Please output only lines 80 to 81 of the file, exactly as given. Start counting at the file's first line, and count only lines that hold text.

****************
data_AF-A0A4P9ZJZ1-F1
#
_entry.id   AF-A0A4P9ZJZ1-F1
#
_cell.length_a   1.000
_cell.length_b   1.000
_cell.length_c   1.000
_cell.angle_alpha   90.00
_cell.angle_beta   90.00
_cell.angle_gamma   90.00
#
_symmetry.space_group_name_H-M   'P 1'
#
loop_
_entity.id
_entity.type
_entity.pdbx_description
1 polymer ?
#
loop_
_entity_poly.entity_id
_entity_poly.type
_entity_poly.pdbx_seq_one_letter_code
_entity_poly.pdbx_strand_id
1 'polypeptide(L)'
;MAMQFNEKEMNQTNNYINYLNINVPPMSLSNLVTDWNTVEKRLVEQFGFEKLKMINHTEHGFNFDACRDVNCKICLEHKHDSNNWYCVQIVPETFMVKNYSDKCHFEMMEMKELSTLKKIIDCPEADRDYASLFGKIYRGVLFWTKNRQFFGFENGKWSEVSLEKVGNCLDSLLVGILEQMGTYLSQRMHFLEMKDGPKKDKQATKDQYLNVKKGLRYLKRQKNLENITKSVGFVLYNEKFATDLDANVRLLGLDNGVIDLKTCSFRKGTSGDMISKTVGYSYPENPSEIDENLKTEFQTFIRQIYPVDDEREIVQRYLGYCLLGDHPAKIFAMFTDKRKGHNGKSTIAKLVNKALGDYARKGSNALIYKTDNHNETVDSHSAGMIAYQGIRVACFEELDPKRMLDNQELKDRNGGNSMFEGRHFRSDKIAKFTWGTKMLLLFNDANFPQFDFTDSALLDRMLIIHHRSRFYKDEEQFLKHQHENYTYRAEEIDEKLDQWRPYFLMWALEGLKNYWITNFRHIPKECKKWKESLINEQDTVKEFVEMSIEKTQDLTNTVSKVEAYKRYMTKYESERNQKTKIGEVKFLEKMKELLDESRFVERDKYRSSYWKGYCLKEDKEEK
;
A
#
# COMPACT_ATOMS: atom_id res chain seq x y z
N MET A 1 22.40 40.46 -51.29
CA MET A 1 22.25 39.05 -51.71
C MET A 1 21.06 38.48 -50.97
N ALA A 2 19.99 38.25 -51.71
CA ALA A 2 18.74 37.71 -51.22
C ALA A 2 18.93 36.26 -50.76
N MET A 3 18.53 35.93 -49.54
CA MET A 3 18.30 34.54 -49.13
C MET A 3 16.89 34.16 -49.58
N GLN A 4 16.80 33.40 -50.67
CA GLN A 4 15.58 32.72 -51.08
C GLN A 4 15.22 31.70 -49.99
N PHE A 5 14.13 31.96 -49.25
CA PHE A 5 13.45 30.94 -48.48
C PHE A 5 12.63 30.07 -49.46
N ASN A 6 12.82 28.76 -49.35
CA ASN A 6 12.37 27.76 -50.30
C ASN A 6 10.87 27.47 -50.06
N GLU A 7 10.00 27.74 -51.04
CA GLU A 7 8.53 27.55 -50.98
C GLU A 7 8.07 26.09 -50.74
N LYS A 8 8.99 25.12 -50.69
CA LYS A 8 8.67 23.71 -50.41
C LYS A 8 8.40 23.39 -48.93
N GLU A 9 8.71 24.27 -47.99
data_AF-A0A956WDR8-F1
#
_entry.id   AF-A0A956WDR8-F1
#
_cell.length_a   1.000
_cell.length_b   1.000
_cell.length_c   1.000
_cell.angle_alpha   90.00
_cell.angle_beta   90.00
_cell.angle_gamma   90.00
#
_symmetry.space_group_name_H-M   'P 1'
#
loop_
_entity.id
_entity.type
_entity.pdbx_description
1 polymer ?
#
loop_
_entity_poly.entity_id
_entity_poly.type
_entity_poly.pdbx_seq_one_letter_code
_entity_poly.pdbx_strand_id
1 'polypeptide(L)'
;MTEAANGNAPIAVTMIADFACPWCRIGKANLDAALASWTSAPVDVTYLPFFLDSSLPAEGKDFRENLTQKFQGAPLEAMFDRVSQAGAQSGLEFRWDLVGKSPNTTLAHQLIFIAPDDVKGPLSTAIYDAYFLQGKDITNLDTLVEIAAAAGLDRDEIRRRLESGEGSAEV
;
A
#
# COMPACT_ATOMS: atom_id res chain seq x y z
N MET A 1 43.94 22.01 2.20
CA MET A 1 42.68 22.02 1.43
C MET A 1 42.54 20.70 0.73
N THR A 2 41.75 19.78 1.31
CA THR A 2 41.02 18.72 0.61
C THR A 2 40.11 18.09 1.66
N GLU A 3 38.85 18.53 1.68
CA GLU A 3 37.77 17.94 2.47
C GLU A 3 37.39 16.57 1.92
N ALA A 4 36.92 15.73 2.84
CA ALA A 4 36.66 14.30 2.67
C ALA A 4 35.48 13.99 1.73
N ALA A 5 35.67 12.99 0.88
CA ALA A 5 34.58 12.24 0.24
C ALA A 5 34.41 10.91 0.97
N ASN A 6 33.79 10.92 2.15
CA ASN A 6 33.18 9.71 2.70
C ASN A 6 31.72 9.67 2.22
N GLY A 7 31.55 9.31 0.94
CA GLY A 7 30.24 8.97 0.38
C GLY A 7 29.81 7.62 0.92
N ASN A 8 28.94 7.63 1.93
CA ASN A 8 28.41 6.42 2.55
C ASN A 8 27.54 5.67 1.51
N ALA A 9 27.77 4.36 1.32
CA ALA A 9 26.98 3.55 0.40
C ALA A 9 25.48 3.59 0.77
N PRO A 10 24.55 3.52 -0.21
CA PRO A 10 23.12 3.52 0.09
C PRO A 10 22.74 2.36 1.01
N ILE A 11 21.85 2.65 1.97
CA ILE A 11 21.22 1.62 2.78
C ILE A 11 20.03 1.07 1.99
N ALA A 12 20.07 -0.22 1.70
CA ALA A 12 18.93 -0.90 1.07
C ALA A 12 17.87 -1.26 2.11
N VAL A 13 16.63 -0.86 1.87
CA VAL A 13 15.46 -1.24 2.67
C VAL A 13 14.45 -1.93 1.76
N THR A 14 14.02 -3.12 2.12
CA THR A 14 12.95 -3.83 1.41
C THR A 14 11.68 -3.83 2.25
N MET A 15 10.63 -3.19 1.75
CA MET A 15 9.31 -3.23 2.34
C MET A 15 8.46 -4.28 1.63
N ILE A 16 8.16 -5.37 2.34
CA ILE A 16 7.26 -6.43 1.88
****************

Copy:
1 'polypeptide(L)'
;MTEAANGNAPIAVTMIADFACPWCRIGKANLDAALASWTSAPVDVTYLPFFLDSSLPAEGKDFRENLTQKFQGAPLEAMFDRVSQAGAQSGLEFRWDLVGKSPNTTLAHQLIFIAPDDVKGPLSTAIYDAYFLQGKDITNLDTLVEIAAAAGLDRDEIRRRLESGEGSAEV